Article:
Original Article

Breast Cancer

, 10:204

First online:

Measuring quality of life in patients with breast cancer: a systematic review of reliable and valid instruments available in japan

  • Takahiro OkamotoAffiliated withDepartments of Endocrine SurgeryHygiene and Public Health II, Tokyo Women’s Medical University
  • , Kojiro ShimozumaAffiliated withLnstitute for Scientific Research of Stress, Public Health Research FoundationSchool of Health Sciences and Nursing, Graduate School of Medicine, University of Tokyo
  • , Noriyuki KatsumataAffiliated withDepartment of Medical Oncology, National Cancer Center Hospital
  • , Michiko KoikeAffiliated withCinza Prima Clinic
  • , Akinori HisashigeAffiliated withDepartment of Preventive Medicine, University of Tokushima Graduate School of Medicine
  • , Katsuhiro TanakaAffiliated withDepartment of Surgery, Breast and Thyroid Division, Kawasaki Medical School
  • , Shozo OhsumiAffiliated withDepartment of Surgery, National Shikoku Cancer Center
  • , Mitsue SaitoAffiliated withDepartment of Breast Surgery, National Cancer Center Research Institute
  • , Naoto ShikamaAffiliated withDepartment of Radiology, Shinshu University School of Medicine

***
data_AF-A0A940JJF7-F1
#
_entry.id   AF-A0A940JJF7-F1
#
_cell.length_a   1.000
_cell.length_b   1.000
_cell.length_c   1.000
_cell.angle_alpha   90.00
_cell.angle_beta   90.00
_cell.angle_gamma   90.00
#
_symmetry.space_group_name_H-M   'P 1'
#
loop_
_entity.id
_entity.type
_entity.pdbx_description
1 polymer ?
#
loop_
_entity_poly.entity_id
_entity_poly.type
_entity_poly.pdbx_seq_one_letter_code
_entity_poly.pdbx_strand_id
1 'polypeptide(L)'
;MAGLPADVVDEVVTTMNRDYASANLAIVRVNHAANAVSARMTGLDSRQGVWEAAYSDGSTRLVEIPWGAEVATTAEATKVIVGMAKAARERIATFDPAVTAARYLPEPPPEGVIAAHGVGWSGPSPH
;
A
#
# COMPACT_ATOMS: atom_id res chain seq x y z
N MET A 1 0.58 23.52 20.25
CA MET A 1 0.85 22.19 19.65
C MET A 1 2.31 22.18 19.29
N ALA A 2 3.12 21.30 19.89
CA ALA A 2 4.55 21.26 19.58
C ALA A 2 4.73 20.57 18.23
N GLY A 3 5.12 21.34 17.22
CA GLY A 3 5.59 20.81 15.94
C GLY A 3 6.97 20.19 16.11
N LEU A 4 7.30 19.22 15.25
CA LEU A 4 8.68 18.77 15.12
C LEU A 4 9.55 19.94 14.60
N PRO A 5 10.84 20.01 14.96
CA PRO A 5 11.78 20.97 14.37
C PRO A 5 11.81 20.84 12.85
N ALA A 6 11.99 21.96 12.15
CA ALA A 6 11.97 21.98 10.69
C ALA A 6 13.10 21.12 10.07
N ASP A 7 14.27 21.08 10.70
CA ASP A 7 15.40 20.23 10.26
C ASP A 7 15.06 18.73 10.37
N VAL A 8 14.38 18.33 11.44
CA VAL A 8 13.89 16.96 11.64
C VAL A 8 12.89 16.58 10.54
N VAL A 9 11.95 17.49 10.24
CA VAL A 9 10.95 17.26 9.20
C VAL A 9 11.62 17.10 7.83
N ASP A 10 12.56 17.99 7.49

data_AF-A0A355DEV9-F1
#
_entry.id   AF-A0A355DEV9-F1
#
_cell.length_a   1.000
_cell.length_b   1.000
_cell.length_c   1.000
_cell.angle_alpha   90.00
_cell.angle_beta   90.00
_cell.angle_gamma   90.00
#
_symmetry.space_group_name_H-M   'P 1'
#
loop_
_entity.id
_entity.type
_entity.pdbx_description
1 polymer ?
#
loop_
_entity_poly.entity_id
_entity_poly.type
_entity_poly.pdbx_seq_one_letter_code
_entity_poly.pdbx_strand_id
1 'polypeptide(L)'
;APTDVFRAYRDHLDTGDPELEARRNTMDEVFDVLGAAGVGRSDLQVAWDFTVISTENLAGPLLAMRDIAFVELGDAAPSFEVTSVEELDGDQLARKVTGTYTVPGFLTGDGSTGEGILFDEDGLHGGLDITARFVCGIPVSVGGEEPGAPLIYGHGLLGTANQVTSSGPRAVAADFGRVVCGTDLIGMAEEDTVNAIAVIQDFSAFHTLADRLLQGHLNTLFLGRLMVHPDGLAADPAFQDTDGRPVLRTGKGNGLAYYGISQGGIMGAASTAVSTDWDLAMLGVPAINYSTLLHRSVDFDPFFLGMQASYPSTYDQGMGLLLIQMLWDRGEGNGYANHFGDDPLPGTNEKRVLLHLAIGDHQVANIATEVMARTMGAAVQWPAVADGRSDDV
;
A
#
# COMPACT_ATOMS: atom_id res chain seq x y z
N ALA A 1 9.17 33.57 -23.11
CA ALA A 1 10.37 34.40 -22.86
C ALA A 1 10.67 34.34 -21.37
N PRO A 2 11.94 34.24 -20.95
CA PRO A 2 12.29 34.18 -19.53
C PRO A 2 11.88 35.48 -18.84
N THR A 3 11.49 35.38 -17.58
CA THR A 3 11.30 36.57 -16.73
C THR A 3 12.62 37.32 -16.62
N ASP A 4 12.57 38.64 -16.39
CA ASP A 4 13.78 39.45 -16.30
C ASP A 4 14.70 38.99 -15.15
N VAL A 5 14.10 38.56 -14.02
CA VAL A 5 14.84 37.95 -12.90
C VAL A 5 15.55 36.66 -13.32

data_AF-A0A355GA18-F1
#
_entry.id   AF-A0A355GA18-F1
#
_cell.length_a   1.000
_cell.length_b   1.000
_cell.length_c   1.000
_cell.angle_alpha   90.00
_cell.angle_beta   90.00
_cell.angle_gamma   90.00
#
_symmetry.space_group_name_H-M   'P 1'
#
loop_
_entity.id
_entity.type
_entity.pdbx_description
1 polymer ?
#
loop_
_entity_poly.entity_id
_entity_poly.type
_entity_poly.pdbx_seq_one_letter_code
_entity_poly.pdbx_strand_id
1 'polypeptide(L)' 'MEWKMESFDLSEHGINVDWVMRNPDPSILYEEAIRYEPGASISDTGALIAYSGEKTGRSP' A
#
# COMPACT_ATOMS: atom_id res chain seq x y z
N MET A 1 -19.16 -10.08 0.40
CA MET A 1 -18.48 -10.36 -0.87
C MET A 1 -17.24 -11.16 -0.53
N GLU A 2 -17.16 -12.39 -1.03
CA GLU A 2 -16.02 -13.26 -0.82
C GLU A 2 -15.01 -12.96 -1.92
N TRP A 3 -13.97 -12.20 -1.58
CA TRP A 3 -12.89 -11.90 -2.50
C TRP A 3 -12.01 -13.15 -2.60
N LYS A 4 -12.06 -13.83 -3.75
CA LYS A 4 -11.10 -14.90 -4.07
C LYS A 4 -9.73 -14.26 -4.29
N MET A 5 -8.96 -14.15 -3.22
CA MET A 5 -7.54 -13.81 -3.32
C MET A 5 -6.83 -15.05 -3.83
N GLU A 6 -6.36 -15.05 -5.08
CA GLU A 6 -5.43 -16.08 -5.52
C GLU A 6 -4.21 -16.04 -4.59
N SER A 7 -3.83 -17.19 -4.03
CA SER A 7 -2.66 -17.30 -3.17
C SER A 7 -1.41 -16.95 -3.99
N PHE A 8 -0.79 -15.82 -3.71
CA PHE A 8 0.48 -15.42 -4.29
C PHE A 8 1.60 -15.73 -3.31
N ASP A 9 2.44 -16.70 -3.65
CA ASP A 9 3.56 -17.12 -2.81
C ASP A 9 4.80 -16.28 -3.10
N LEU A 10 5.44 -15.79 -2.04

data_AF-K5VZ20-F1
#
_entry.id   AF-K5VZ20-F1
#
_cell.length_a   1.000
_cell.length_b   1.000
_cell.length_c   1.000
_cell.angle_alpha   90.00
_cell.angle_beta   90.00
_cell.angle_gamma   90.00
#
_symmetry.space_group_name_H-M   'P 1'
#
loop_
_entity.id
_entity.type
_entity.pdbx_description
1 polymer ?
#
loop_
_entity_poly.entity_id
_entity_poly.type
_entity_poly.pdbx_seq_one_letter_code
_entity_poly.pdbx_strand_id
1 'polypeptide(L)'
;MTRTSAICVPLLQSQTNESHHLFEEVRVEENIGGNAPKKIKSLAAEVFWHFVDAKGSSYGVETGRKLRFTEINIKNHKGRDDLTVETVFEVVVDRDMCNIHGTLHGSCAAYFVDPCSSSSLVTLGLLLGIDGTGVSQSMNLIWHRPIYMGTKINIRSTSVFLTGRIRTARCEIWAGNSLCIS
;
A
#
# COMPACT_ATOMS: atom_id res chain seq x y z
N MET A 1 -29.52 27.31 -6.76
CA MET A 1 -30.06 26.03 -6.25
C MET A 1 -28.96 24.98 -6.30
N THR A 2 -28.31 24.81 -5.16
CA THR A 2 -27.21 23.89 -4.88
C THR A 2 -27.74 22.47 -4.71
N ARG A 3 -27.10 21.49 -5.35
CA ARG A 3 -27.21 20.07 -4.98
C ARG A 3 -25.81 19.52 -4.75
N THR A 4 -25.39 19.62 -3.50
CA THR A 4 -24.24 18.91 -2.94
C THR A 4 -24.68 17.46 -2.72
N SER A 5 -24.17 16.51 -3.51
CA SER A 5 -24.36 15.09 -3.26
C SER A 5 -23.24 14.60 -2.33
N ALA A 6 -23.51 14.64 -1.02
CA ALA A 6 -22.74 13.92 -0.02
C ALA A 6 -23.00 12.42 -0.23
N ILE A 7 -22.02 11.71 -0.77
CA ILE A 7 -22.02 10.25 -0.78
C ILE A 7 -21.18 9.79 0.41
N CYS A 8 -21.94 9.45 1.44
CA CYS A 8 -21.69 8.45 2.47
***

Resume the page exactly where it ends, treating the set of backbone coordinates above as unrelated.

• , Michihide MitsumoriAffiliated withDepartment of Therapeutic Radiology and Oncology, Kyoto University Graduate School of Medicine
    • , Chikako YamauchiAffiliated withDepartment of Therapeutic Radiology and Oncology, Kyoto University Graduate School of Medicine
    • , Takanori WatanabeAffiliated withDepartment of Surgery II, Fukushima Medical University School of Medicine

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Abstract

Background

Little is known about the availability and psychometric properties of instruments to measure quality of life (QOL) in clinical research on Japanese patients with breast cancer. The purpose of this systematic review is to find reliable and valid instruments available in Japan, and to summarize their characteristics.

Methods

Instruments available in Japan were found through a systematic search of the literature. Each instrument identified was evaluated for item development, reliability, validity, interpretability and utility.

Results

Six questionnaires to measure health-related QOL (the QOL-ACD, the EORTC QLQ-C30, the EORTC QLQ-BR23, the FACT-B, the SF-36, the WHO/QOL-26) and five scales to quantify the psychological burden (the STAI, the POMS, the SDS, the HADS, the GHQ), for which reliability and validity have been documented, are available in Japanese. All instruments were developed in foreign countries except for the QOL-ACD. Two of the QOL questionnaires were specific to breast cancer (the EORTC QLQ-BR23, the FACT-B). Though the measurements can be interpreted in some manner, the meaning of change scores over time has been documented for only three instruments (the EORTC QLQ-C30, the FACT-B, and the GHQ).

Conclusions

The review provides grounds for designing and implementing quantitative research on QOL of breast cancer patients in Japan. Methodological challenges, however, continue, particularly for validating instruments with regard to various study populations of Japanese people and demonstrating the clinical importance of change scores.

Key words

Breast cancer Quality of life (QOL) Instruments Reliability Validity